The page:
It’s the penultimate (second last) week of the Student Blogging Challenge for 2019!
Some of our STUBC participants will be celebrating Thanksgiving soon. Other participants will have other special holidays coming up like Christmas, Hannukah, Kwanzaa, or New Year.
Week Six Recap
You can find all the posts submitted about emojis here (or click on the pink week six box on the sidebar).
Let’s take a look at just some of the fantastic work we spotted last week:
- Mrs. Yollis’ 3rd grade class invites you to solve their fabulous emoji math puzzles. They drew inspiration from Solvemoji.
- Ms Krantzberg’s grade two students designed their own emojis on paper. Check out the photos!
- Breckan made some emoji art and included a little blurb to explain what the activity was all about which is very helpful.
- 14 year old Jordan made a fun story out of 10 emojis.
- Mrs. Caudill showcased some of her students’ work in a blog post.
- Kate wrote a fabulous post and completed more than one task. Check out the way she used a Toggle using the Live Shortcodes plugin to reveal her answer. Readers have to click on a box to make the answers appear.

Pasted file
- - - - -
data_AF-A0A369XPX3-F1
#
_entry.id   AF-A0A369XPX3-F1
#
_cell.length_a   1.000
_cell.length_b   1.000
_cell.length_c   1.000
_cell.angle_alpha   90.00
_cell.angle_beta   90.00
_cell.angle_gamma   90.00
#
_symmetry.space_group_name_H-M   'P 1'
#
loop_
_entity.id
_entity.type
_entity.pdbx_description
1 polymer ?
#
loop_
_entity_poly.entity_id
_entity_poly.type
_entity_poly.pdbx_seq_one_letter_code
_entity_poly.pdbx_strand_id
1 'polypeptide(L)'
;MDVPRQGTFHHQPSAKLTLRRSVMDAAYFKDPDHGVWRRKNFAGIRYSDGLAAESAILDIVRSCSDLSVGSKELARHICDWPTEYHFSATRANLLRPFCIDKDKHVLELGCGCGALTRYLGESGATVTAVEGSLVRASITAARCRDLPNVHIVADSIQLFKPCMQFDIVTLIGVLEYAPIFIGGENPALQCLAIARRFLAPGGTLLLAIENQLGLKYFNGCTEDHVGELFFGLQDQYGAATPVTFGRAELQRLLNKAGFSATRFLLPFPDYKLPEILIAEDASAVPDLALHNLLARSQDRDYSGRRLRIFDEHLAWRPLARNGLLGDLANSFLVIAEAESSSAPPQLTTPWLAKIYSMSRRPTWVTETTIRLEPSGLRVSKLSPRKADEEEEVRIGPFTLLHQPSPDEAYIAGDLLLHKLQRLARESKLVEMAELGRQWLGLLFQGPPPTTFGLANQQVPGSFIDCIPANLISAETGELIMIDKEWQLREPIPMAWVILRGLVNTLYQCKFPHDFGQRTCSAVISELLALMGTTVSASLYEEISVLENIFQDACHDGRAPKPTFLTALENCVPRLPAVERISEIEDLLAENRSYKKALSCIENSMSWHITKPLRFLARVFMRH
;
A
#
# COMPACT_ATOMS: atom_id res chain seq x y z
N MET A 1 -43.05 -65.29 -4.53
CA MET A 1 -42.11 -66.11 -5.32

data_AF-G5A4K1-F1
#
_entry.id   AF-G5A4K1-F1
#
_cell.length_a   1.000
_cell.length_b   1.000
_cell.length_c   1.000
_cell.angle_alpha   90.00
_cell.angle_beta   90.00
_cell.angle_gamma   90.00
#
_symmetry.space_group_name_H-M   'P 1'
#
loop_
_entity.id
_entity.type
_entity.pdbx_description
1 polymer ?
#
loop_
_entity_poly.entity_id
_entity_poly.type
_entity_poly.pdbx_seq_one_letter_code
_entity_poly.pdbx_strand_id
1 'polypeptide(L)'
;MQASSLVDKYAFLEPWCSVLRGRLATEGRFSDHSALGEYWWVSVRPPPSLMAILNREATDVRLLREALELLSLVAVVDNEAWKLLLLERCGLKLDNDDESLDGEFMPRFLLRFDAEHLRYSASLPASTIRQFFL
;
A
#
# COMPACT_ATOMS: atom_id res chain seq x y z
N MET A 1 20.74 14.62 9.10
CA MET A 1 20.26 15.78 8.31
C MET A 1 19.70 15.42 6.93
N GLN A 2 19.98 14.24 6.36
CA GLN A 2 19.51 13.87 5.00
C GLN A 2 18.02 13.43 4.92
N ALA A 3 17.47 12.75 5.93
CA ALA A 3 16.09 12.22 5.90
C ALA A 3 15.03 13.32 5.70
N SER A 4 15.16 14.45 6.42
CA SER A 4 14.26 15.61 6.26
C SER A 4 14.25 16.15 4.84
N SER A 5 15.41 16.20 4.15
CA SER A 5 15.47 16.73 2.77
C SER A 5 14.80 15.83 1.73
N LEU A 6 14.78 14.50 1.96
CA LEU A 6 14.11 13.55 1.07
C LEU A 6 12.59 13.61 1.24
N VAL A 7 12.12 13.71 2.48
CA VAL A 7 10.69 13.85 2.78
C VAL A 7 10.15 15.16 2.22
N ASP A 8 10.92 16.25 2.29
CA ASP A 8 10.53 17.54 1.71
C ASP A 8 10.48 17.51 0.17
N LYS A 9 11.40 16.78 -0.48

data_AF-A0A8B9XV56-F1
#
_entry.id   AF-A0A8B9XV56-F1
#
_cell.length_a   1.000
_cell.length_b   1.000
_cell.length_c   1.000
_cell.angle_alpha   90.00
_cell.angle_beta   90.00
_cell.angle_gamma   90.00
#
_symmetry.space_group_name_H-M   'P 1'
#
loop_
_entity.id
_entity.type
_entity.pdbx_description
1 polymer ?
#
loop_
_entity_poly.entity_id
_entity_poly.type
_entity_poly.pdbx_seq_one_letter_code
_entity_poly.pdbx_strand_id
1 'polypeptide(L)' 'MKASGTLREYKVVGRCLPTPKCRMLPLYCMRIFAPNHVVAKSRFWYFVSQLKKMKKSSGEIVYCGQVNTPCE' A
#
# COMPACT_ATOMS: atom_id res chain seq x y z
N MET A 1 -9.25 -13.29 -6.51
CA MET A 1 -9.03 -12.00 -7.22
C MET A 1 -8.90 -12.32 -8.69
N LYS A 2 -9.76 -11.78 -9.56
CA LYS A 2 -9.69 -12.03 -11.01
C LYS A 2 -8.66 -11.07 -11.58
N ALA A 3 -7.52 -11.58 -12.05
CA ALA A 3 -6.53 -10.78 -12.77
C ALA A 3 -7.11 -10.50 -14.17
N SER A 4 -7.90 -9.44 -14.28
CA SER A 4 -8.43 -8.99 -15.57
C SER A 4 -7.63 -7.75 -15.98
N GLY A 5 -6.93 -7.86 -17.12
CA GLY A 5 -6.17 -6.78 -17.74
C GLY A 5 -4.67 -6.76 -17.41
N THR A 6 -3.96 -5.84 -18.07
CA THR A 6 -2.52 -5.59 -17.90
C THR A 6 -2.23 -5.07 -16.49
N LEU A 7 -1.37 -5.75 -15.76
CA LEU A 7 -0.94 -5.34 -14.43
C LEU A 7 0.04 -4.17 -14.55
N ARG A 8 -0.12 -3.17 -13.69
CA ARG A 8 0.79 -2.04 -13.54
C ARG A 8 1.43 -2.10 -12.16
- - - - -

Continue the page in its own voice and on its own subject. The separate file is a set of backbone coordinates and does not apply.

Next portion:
- You can view more great work on our 2019 Student Blogging Challenge Flipboard.
Here are a few more important reminders:
- The Google Forms for weeks 1-5 are now closed. If you’re catching up, just submit your post in a Google Form that’s still open (week 6 or 7).
- To become a better blogger, before you publish consider: have I proofread? Is my text broken up in short paragraphs (bullet points can be good too)? Do I have an image?
- Do your posts have any writing in them? Some bloggers are just adding an image to a post without any text. This can leave readers confused. Step up your efforts by including a little bit of writing that introduces the task.
- Some classes are currently on holidays. That’s totally fine. You can catch up when you get back or just skip the weeks you’re away.
Time to begin this week’s topic…
Celebrations And Festivities
We have a diverse group taking part in the Student Blogging Challenge with lots of different cultural backgrounds represented.
Around the world, people celebrate different holidays and festivals.
It can be fun to tell people about our own traditions while hearing about others!